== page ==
Lew Migliore Looks at Sustainability
By Lew Migliore
Sustainability is becoming increasingly important in commercial floorcovering installations. Virtually every commercial flooring installation is undertaken with sustainability in mind, with the green aspects of the flooring material, including backing and installation systems, taken into consideration. The end user and architect are driving this growing movement, and the industry is providing products that comply with the desires of those specifying or using the products.
This evolution in the industry and the products is a learning process for manufacturers as well as somewhat of a trial and error procedure. The carpet industry deserves praise for its proactive stance to make its products comply with sustainability efforts. The industry has been recycling for several years and continues to explore the use of various components in the products being manufactured, the use of waste from manufacturing, and the recycling and reuse of the products after they’ve delivered a service life.
Sustainability starts with making sure the right product is installed in the right place. This is the epitome of sustainability—get it in the door and keep it on the floor. The biggest problem in the industry is the wrong product in the wrong place not performing to expectations or failing early on and then having to be replaced. This is a specification or sales problem, and it not only creates a waste of flooring material that may wind up in the landfill but also a massive waste of time, money and loss of business, not to mention goodwill and reputation.
This problem can have several causes. The flooring material may be inappropriate for use “out of the box.” A product may be inherently incapable of performing because it does not possess the physical characteristics that would allow it to perform without failing prematurely. This could be a carpet that does not have the density necessary; the wrong construction, such as too much cut pile in a cut and loop style; or the wrong color.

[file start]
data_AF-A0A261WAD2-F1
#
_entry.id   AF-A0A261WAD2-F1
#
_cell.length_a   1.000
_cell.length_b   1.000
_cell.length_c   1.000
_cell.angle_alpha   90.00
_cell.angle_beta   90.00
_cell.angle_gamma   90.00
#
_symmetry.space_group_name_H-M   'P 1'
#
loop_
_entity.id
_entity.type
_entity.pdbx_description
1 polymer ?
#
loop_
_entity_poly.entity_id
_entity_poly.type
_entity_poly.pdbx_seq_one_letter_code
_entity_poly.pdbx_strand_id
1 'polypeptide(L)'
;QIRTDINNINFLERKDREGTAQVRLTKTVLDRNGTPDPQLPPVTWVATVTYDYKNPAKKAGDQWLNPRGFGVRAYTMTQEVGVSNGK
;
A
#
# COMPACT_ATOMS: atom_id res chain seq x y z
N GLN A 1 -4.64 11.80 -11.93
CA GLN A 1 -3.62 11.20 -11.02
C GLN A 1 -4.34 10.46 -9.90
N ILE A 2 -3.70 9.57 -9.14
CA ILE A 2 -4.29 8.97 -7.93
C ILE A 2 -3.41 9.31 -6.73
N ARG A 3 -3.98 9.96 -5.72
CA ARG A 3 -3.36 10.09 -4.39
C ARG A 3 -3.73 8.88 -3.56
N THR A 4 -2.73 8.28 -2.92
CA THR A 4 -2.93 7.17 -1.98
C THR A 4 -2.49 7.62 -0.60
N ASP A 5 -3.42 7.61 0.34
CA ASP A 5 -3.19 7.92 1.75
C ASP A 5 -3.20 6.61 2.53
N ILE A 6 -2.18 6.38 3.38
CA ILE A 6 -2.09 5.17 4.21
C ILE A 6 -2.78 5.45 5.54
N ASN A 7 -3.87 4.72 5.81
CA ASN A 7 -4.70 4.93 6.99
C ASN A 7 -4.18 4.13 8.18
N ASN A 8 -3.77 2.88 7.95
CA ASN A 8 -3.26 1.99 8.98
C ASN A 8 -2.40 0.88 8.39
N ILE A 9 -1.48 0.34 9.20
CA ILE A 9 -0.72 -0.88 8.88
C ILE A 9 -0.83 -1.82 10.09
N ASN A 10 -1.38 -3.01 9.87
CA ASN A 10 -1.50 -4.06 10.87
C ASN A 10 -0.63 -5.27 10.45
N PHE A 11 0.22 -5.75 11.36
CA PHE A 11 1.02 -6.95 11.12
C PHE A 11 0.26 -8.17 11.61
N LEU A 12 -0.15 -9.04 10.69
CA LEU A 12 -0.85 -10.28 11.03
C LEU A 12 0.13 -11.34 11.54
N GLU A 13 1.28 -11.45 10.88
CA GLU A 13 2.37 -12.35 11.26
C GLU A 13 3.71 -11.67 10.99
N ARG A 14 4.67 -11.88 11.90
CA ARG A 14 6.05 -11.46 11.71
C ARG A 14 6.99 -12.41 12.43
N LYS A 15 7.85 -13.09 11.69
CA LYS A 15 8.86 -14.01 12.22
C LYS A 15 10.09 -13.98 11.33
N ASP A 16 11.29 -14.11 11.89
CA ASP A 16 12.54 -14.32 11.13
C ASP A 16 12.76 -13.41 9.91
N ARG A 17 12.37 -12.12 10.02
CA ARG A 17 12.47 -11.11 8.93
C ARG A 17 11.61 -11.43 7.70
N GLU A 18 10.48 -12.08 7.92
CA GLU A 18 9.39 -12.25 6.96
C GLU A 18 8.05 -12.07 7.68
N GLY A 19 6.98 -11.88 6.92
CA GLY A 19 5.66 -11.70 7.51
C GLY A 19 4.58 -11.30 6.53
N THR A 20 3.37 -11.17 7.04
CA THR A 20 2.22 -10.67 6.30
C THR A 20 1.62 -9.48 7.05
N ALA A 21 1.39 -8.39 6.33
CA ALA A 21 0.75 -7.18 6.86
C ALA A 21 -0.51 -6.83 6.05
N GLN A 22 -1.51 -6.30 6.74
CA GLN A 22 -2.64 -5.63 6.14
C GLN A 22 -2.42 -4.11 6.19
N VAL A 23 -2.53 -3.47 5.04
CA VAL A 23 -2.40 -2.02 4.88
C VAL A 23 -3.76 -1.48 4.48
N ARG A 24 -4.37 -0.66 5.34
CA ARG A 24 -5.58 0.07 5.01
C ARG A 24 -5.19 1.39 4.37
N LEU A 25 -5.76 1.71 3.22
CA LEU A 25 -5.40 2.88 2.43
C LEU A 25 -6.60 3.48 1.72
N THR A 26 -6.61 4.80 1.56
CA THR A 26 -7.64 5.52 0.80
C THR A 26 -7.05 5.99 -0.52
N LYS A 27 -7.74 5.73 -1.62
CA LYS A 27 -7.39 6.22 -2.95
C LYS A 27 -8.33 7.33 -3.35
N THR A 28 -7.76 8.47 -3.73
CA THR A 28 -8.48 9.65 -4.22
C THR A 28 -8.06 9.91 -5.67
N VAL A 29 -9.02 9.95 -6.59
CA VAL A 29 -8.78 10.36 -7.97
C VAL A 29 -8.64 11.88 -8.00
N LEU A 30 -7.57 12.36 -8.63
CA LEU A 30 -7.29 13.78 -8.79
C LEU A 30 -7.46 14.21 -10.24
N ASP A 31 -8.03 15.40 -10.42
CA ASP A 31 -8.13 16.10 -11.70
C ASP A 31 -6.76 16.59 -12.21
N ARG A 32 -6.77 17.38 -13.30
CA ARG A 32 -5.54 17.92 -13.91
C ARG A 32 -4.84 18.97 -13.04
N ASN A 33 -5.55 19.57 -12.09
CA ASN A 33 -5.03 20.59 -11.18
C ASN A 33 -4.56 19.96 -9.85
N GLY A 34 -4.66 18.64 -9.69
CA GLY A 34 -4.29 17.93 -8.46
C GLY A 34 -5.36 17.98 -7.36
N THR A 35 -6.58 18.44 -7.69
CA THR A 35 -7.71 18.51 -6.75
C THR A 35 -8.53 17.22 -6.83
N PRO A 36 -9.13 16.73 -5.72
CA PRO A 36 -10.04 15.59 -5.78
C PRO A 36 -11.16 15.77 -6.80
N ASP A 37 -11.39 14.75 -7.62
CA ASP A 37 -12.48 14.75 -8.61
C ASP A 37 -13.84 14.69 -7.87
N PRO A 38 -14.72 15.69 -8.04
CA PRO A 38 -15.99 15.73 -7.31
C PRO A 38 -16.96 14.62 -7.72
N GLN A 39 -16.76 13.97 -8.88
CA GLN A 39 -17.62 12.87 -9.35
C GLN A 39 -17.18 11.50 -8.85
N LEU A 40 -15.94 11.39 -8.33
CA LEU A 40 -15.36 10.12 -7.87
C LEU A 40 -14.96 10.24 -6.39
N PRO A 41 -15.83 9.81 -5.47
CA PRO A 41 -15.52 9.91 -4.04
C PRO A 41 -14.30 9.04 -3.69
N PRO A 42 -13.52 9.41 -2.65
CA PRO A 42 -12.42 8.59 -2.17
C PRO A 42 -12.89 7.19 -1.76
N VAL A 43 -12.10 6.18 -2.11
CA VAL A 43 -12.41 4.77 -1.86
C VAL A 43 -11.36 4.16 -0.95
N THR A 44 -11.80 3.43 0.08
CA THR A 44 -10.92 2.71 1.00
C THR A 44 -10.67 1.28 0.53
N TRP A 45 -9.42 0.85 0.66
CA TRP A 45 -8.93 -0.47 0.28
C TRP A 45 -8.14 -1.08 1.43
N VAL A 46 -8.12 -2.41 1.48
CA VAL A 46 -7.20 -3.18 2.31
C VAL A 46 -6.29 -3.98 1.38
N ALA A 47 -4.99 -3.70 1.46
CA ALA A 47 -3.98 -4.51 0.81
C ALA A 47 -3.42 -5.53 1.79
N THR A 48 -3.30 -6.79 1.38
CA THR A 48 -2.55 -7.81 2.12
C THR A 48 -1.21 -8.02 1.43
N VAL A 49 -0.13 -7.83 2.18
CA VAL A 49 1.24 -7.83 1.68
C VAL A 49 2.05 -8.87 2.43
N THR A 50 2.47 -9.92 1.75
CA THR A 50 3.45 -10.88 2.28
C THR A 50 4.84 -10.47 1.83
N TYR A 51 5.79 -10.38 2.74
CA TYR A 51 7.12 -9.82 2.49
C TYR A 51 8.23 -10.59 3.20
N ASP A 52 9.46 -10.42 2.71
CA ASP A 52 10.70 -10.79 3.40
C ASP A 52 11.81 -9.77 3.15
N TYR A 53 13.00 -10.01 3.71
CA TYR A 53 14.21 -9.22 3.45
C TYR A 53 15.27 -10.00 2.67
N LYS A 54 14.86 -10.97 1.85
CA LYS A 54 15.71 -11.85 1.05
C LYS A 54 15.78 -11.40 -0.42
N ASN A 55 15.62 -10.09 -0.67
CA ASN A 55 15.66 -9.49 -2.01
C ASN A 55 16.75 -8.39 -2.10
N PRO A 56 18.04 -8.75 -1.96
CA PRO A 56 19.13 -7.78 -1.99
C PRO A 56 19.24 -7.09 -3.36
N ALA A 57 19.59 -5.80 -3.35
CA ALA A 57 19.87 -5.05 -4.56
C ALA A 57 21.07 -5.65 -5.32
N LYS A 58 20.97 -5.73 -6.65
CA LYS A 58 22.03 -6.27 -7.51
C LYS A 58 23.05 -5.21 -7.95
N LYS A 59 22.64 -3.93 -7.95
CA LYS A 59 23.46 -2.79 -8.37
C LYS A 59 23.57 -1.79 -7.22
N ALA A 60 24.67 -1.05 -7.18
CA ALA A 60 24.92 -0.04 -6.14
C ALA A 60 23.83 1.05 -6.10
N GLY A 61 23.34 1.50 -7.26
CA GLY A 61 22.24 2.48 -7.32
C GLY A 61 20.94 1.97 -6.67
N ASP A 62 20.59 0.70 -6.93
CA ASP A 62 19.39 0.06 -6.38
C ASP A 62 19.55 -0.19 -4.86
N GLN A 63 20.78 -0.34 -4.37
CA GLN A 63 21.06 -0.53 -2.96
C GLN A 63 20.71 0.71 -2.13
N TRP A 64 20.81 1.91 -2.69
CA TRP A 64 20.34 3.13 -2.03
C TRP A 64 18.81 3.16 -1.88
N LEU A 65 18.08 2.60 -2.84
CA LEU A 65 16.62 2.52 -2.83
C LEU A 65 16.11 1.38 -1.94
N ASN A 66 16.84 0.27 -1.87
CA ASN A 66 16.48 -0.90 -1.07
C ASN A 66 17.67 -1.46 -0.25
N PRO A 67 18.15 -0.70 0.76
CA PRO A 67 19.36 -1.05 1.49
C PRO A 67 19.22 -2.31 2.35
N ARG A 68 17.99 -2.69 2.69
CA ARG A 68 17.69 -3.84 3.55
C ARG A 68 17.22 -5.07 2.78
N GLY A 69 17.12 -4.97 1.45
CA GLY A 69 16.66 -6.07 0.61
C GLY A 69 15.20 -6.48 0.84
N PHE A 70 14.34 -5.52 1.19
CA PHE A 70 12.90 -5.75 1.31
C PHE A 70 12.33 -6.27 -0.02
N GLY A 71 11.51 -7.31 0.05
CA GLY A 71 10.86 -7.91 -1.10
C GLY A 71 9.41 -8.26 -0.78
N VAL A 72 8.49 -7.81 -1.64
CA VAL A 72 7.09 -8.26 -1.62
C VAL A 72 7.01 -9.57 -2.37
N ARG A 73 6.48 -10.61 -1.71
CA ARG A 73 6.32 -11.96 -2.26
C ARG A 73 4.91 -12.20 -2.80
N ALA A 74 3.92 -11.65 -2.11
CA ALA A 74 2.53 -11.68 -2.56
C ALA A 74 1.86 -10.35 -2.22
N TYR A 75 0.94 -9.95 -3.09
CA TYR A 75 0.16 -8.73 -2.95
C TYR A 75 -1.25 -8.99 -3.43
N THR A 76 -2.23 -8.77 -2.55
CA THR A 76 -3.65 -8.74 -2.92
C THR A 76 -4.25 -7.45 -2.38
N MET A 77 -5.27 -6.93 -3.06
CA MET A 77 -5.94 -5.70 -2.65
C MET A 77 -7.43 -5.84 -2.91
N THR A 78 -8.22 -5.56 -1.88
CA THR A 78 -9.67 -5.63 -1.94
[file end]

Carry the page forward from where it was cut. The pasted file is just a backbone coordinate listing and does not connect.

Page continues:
The industry seems obsessed with yellow and pink in its most recent carpet tile offerings. Yellow is the worst color there is to keep clean, and if you have ever seen the Antron Carpet Specification Guide, which includes the color reflectance and reference chart, it shows you the performance ratings of various colors. Under the Optimum color rating, the note is: “Certain colors, such as yellow, have no optimum range.” It doesn’t even make it onto the chart in the bright shades it is being offered in, and pink isn’t far behind. Colors that cause carpet to ugly out and are near impossible to maintain will not only lead to complaints and claims but also premature replacement. When dealing with sustainability, remember that it must allow compliance with the laws of nature, physics and common sense. Nothing anyone says will change those irrefutable facts, hard as they may try.
So, the start to being sustainable is getting the right product in the right place, and this includes understanding the environment the flooring material is being installed in, especially the substrate. Certainly, the installation should take place in the environment as if it were occupied. Flooring materials of all kinds are reactive to hot, cold, humid and dry conditions. If the environment isn’t what the product requires, the materials will react—and that you can’t blame on the installation, as much as people want to. It is not possible to test for appropriate installation conditions, primarily the substrate, in a space that is not conditioned. ASTM standards for all substrate testing state the tests must be conducted in a conditioned space. If this is not done, the test results are useless and meaningless.
Also, the substrate must be prepared and treated prior to the installation of any flooring material. Clean and dry is the key—no contaminants or conditions that would compromise the installation. If there’s moisture, it must be addressed either by correcting the condition on the surface of the slab or by using technology that takes the slab out of play.